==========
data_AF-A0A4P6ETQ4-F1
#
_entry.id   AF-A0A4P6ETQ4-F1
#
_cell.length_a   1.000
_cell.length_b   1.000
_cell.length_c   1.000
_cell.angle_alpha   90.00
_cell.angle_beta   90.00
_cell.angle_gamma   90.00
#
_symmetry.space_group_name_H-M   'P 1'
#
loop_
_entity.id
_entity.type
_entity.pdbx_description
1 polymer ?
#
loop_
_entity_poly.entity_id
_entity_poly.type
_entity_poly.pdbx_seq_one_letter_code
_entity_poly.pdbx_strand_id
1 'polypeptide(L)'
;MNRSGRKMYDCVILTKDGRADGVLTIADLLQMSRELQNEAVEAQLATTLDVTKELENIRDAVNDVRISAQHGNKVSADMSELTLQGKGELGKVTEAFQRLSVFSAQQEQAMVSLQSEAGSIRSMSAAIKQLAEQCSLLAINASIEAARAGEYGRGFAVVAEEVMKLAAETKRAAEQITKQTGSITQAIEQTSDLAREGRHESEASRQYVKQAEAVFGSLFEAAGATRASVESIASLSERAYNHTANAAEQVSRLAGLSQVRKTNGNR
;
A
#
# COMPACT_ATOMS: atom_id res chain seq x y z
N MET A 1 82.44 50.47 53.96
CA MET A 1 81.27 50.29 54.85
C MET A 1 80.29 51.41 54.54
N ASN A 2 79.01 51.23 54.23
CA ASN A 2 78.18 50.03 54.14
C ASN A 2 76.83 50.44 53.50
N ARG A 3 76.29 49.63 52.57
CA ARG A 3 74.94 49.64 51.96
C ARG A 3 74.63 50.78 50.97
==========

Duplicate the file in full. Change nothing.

data_AF-A0A4P6ETQ4-F1
#
_entry.id   AF-A0A4P6ETQ4-F1
#
_cell.length_a   1.000
_cell.length_b   1.000
_cell.length_c   1.000
_cell.angle_alpha   90.00
_cell.angle_beta   90.00
_cell.angle_gamma   90.00
#
_symmetry.space_group_name_H-M   'P 1'
#
loop_
_entity.id
_entity.type
_entity.pdbx_description
1 polymer ?
#
loop_
_entity_poly.entity_id
_entity_poly.type
_entity_poly.pdbx_seq_one_letter_code
_entity_poly.pdbx_strand_id
1 'polypeptide(L)'
;MNRSGRKMYDCVILTKDGRADGVLTIADLLQMSRELQNEAVEAQLATTLDVTKELENIRDAVNDVRISAQHGNKVSADMSELTLQGKGELGKVTEAFQRLSVFSAQQEQAMVSLQSEAGSIRSMSAAIKQLAEQCSLLAINASIEAARAGEYGRGFAVVAEEVMKLAAETKRAAEQITKQTGSITQAIEQTSDLAREGRHESEASRQYVKQAEAVFGSLFEAAGATRASVESIASLSERAYNHTANAAEQVSRLAGLSQVRKTNGNR
;
A
#
# COMPACT_ATOMS: atom_id res chain seq x y z
N MET A 1 82.44 50.47 53.96
CA MET A 1 81.27 50.29 54.85
C MET A 1 80.29 51.41 54.54
N ASN A 2 79.01 51.23 54.23
CA ASN A 2 78.18 50.03 54.14
C ASN A 2 76.83 50.44 53.50
N ARG A 3 76.29 49.63 52.57
CA ARG A 3 74.94 49.64 51.96
C ARG A 3 74.63 50.78 50.97